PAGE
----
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Evidence-Based Complementary and Alternative Medicine
Volume 2011, Article ID 610625, 9 pages
http://dx.doi.org/10.1093/ecam/neq051
Original Article

Ginseng (Panax quinquefolius) Reduces Cell Growth, Lipid Acquisition and Increases Adiponectin Expression in 3T3-L1 Cells

Department of Chemistry, National University of Singapore, Science Drive 4, Singapore 117543

Received 26 November 2009; Accepted 12 April 2010

Copyright © 2011 Chia-Rou Yeo et al. This is an open access article distributed under the Creative Commons Attribution License, which permits unrestricted use, distribution, and reproduction in any medium, provided the original work is properly cited.

Abstract

An American ginseng (Panax quinquefolius) extract (GE) that contained a quantifiable amount of ginsenosides was investigated for the potential to inhibit proliferation, affect the cell cycle, influence lipid acquisition and adiponectin expression in 3T3-L1 cells. Six fingerprint ginsenosides were quantified by high performance liquid chromatography and the respective molecular weights were confirmed by LC-ESI-MS analysis. The extract contained Rg1 (347.3 ± 99.7 μg g−1, dry weight), Re (8280.4 ± 792.3 μg g−1), Rb1 (1585.8 ± 86.8 μg g−1), Rc (32.9 ± 8 μg g−1), Rb2 (62.6 ± 10.6 μg g−1) and Rd (90.4 ± 3.2 μg g−1). The GE had a dose-dependent effect on 3T3-L1 cell growth, the LC50 value was determined to be 40.3 ± 5 μg ml−1. Cell cycle analysis showed modest changes in the cell cycle. No significant changes observed in both G1 and G2/M phases, however there was a significant decrease in the S phase after 24 and 48 h treatment. Apoptotic cells were modest but significantly increased after 48 h (3.2 ± 1.0%) compared to untreated control cells (1.5 ± 0.1%). Lipid acquisition was significantly reduced by 13 and 22% when treated at concentrations of 20.2 and 40.3 μg ml−1 compared to untreated control cells. In relation to adiponectin activation, western blot analysis showed that the protein expression was significantly increased at concentrations tested. A quantified GE reduced the growth of 3T3-L1 cells, down-regulated the accumulation of lipid and up-regulated the expression of adiponectin in the 3T3-L1 adipocyte cell model.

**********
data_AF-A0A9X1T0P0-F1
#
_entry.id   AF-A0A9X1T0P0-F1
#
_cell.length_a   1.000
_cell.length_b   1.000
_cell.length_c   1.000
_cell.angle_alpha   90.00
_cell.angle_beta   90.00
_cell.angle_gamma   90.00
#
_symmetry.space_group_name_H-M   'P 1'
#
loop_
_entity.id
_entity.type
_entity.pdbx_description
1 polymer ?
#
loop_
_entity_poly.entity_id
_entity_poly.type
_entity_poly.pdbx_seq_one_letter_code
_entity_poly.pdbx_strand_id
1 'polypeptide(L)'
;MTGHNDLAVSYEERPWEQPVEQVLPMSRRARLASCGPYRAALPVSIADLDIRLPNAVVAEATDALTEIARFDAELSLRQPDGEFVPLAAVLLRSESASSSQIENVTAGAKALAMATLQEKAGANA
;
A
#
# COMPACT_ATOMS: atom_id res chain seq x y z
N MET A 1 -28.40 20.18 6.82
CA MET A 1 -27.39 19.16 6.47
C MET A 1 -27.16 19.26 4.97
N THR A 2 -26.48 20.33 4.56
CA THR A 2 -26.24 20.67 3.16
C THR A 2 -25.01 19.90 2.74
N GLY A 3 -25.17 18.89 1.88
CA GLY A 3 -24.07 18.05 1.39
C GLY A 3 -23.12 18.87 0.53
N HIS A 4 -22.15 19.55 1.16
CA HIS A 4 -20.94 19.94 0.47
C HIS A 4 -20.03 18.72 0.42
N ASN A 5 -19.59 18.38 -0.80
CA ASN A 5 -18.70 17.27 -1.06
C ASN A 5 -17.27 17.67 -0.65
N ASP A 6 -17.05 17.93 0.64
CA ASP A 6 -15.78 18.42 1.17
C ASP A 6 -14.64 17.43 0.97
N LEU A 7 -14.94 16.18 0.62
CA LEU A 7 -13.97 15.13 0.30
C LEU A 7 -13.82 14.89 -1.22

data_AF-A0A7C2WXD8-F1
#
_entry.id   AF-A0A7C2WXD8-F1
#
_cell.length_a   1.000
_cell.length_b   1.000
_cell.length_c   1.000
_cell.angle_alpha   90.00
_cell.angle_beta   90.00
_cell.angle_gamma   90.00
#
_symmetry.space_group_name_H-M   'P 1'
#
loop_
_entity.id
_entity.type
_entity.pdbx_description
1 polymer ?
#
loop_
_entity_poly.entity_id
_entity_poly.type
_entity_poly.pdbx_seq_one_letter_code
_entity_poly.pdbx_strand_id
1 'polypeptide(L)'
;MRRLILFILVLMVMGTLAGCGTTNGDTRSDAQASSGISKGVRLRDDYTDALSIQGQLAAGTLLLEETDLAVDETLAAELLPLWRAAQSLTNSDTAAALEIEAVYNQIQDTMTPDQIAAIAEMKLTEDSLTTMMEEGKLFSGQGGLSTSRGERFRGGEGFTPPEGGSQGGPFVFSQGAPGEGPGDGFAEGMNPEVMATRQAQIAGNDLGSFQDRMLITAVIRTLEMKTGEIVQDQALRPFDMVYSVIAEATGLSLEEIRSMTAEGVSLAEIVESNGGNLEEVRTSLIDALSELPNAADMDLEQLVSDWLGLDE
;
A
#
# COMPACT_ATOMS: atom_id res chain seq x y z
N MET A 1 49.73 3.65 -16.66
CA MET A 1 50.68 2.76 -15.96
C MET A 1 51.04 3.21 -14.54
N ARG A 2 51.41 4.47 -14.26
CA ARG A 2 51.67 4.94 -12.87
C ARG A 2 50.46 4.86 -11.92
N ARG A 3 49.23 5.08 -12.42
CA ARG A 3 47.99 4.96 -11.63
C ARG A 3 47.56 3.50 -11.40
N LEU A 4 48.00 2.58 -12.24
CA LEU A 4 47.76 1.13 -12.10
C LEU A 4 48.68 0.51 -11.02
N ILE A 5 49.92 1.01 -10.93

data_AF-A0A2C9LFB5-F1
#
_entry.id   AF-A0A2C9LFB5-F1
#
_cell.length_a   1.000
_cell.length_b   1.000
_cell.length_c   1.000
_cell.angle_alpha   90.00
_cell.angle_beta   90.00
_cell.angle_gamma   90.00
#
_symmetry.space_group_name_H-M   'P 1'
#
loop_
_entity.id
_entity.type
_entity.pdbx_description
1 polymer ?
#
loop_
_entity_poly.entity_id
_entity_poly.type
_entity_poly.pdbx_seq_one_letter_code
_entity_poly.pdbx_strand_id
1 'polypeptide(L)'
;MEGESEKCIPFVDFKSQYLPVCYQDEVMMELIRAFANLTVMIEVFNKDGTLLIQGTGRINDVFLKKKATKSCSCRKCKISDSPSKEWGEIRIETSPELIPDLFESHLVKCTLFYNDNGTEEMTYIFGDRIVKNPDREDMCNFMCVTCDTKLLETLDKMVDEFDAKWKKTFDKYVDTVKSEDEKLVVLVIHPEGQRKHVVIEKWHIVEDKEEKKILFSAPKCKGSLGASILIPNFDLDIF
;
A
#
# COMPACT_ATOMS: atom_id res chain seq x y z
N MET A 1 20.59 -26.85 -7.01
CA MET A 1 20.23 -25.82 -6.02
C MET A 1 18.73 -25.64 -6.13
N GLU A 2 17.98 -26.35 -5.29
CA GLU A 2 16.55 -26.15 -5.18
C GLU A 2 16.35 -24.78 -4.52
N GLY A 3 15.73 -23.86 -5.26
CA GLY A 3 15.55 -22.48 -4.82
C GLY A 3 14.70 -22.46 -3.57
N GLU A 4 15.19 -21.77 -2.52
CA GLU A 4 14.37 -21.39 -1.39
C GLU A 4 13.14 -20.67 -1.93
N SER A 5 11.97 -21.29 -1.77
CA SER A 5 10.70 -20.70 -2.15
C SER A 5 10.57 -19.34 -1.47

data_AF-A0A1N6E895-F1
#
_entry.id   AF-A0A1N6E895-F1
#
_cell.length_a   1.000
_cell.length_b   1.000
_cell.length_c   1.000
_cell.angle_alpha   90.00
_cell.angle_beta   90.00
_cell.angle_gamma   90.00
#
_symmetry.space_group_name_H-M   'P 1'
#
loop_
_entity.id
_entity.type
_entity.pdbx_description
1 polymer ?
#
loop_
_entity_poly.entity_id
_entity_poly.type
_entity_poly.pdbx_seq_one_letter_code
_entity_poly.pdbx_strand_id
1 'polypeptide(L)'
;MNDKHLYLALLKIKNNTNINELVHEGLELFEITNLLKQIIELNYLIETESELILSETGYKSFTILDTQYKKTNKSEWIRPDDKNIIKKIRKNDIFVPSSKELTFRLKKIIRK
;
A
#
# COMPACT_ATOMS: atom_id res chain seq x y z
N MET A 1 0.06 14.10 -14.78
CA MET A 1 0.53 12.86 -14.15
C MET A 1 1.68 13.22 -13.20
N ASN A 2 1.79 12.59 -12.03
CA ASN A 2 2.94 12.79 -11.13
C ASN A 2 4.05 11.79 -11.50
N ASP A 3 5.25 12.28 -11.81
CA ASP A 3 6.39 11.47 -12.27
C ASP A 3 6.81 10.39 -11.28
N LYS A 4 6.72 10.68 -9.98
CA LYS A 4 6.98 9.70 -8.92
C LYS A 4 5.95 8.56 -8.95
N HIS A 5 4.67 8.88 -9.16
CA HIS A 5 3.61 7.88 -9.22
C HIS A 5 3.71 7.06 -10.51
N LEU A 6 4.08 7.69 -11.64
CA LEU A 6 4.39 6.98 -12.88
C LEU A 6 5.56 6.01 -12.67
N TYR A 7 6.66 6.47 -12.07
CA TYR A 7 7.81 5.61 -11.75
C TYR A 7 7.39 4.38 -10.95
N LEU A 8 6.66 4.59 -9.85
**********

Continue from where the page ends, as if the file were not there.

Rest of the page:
1. Introduction

There are many natural plant compounds that have been shown to possess bioactive properties. Many of these compounds are plant secondary metabolites that function as deterrents to herbivores [1]. Groups of natural compounds isolated from plants such as polyphenol epigallocatechin-3-gallate (EGCG) from tea (Camellia sinensis) [2], vanilloids such as capsaicin from chili peppers (Capsaicum annuum) [3] and water extracts from cinnamon (Cinnamomum zeylanicum) [4] have all been shown to influence the regulation of cultured adipocytes (3T3-L1 cells). In vivo, the molecular regulation of adipocyte is thought to be a contributing factor to the development of the metabolic syndrome and diabetes [5]. These disorders share a common risk factor of obesity. Adipocytes are a metabolically active organ that release a complex set of cytokines that contribute to the maintenance of health or to the development of disease. The increase in adipocyte lipid content can influence adipocyte function such as reducing adiponectin secretion which has been related to insulin resistance and increase risk of diabetes [5, 6]. Reports have shown that ginseng (Panax quinquefolius) may improve blood glucose control in normal and diabetic subjects [7]. Animal studies also indicate that ginsenosides, dammarane triterpenoids (Figure 1), such as Re may improve glucose control [8]. It is unclear if an individual ginsenoside or a group of compounds classified into either protopanaxatriol or protopanaxadiol ginsenoside groups [9] such as those contained in an extract or decoction are responsible for these reported effects. The literature on the effect of specific ginsenosides on the promotion or inhibition of adipogenesis is currently unclear. In four reported studies using specific ginsenosides to test the effect on adipogenesis in cultured adipocytes (3T3-L1 cells), two studies reported an inhibition of PPARγ, the master regulator of adipocyte differentiation, using ginsenosides Rh2 and Rg3 [10, 11] and two studies reported increased expression PPARγ and adipogenesis [12, 13]. The objective of this study was to study the effect of a ginseng extract (GE) on adipocyte cell growth, differentiation and lipid acquisition of 3T3-L1 cells and the influence on adiponectin expression. These effects were investigated in terms of its cytotoxic effects on preadipocyte viability, the changes in cell cycle distribution, lipid accumulation after differentiation as well as the expression of adiponectin in the 3T3-L1 cell line, a model system often used to study adipocyte metabolism.

fig1
Figure 1: Chemical structure of dammarane-type ginsenoside triterpenoids detected in the GE (P. quinquefolius). Regions R1–R3 consist of different attachments of sugar moieties and refer to the following abbreviations: Af: arabinofuranose, Ap: arabinopyranose, G: glucopyranose, R: rhamnopyranose.